The Australia and New Zealand (A/NZ) media tablet market doubled in Q2 2011, driven by multiple launches of Android-based devices, and soon to be joined by other players globally such as the Amazon Kindle Fire.
Media tablet shipments doubled in Q2 from the previous quarter, with 420,000 units shipped, according to IDC’s A/NZ Quarterly Media Tablet and eReader Tracker (2011 Q2). Australia contributed 87.5% of the total shipments, while the rest went to New Zealand.
“The market expansion was a combined effort of early adopters refreshing devices purchased last year and new users who were interested in a media tablet as a complementary device, with some waiting for more non-Apple variety,” said Yee-Kuan Lau, Market Analyst for IDC A/NZ. “That said, there is still strong demand for Apple's iPad 2 since its launch at the end of March.
“The supply-side push from the new Android players in the market, particularly amongst the traditional PC hardware vendors, has caused a large rollout of stock into national retailers to strengthen their brand presence. However, at this stage, most vendors were testing the initial market response by introducing WiFi-only models.”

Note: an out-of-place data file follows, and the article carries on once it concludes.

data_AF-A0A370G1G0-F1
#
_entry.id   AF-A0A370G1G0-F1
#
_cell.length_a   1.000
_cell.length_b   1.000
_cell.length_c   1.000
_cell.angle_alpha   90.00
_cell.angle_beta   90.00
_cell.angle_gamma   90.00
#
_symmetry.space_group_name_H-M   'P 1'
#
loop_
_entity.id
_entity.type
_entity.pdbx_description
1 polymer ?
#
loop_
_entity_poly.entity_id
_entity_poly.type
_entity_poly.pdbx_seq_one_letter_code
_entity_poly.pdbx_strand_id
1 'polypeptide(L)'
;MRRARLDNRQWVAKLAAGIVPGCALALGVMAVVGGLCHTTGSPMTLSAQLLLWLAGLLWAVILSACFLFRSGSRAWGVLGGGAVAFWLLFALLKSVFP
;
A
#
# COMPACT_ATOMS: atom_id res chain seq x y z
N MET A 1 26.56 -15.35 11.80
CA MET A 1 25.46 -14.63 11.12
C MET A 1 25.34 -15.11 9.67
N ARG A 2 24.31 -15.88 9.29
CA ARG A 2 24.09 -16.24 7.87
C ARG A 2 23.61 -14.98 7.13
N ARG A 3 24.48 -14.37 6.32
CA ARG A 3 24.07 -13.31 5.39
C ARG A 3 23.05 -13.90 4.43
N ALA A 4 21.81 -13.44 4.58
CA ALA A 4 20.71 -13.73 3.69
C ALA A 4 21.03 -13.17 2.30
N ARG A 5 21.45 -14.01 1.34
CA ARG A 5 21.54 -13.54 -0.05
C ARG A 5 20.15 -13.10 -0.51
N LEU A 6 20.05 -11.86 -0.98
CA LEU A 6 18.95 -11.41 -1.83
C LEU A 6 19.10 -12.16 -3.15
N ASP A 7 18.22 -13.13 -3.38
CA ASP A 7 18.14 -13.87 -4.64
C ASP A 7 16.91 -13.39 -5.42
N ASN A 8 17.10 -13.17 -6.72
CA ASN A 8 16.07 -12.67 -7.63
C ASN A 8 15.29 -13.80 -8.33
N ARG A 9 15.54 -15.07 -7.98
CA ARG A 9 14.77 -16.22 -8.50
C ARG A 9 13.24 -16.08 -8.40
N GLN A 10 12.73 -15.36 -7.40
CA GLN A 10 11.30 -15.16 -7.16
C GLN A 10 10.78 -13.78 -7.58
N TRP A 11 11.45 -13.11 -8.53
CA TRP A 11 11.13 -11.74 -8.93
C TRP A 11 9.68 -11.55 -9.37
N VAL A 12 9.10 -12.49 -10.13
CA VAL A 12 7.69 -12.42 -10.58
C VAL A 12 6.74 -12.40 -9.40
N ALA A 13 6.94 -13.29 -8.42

In Q2, Android-based media tablets in A/NZ tripled in volume from Q1, taking up close to 25% of the total A/NZ market size. Meanwhile, Apple iPad 2 doubled in volume from Q1, but its market share declined to 74.6%. The rest of the shipments went to RIM's PlayBook, which has only launched in Australia at the end of Q2, and New Zealand in early August.
“The Apple user experience is now extended to an even larger audience with the additional Apple stores recently opened in Australia," said Ms. Lau. "Acer, on the other hand, led the Android market in Q2 with strong sell-through thanks to being one of the first few to launch a Honeycomb device.
"We expect the strong brand presence, the user experience and the halo effect to help maintain Apple’s dominance in the market despite the multiple launches of Android-based media tablets."
The overwhelming response to HP's TouchPad fire sales in A/NZ after the vendor decided to cease support for the product is evidence of price points being a key purchasing driver among end users, especially those looking for a secondary computing device. IDC expects, however, the WebOS share to shrink to zero by Q4 2011.
Amazon Kindle Fire, announced on September 28, is another good example that positions Amazon to be a leading digital media content seller that emphasises on the application ecosystem as its key differentiator. Its direct impact on the A/NZ media tablet market won’t be known for some time as it is currently available in the US only. But, it has redefined end user expectations about what a media tablet can do and can cost, with the Fire being priced at US$199.
Android-based media tablets are projected to reach at least 300,000 units by the end of 2011, but with Apple expected to continue to be the dominant player with more than 70% market share. IDC expects approximately 1.3 million units of media tablets shipped into the A/NZ channel by the end of the year.